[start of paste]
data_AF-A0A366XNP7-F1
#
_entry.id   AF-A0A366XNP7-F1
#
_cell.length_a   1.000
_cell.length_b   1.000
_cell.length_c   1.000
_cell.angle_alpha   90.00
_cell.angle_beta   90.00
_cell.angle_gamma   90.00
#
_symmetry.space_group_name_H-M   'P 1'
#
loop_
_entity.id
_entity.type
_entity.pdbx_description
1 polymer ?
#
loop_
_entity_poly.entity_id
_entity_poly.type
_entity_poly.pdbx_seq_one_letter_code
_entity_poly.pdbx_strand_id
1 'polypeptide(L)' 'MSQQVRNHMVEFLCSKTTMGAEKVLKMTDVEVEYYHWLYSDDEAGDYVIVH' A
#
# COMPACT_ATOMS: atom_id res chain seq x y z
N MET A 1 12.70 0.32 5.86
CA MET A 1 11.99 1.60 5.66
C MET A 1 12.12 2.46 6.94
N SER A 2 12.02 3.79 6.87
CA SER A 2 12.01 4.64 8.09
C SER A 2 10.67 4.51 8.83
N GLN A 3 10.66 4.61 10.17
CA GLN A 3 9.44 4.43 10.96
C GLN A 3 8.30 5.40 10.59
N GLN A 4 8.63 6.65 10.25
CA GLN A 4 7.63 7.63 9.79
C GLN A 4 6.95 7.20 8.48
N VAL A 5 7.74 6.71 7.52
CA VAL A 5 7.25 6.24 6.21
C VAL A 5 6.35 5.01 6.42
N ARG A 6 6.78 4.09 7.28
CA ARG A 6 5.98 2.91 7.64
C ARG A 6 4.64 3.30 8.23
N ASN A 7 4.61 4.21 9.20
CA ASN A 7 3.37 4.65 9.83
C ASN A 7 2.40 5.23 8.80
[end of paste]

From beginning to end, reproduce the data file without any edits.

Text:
data_AF-A0A366XNP7-F1
#
_entry.id   AF-A0A366XNP7-F1
#
_cell.length_a   1.000
_cell.length_b   1.000
_cell.length_c   1.000
_cell.angle_alpha   90.00
_cell.angle_beta   90.00
_cell.angle_gamma   90.00
#
_symmetry.space_group_name_H-M   'P 1'
#
loop_
_entity.id
_entity.type
_entity.pdbx_description
1 polymer ?
#
loop_
_entity_poly.entity_id
_entity_poly.type
_entity_poly.pdbx_seq_one_letter_code
_entity_poly.pdbx_strand_id
1 'polypeptide(L)' 'MSQQVRNHMVEFLCSKTTMGAEKVLKMTDVEVEYYHWLYSDDEAGDYVIVH' A
#
# COMPACT_ATOMS: atom_id res chain seq x y z
N MET A 1 12.70 0.32 5.86
CA MET A 1 11.99 1.60 5.66
C MET A 1 12.12 2.46 6.94
N SER A 2 12.02 3.79 6.87
CA SER A 2 12.01 4.64 8.09
C SER A 2 10.67 4.51 8.83
N GLN A 3 10.66 4.61 10.17
CA GLN A 3 9.44 4.43 10.96
C GLN A 3 8.30 5.40 10.59
N GLN A 4 8.63 6.65 10.25
CA GLN A 4 7.63 7.63 9.79
C GLN A 4 6.95 7.20 8.48
N VAL A 5 7.74 6.71 7.52
CA VAL A 5 7.25 6.24 6.21
C VAL A 5 6.35 5.01 6.42
N ARG A 6 6.78 4.09 7.28
CA ARG A 6 5.98 2.91 7.64
C ARG A 6 4.64 3.30 8.23
N ASN A 7 4.61 4.21 9.20
CA ASN A 7 3.37 4.65 9.83
C ASN A 7 2.40 5.23 8.80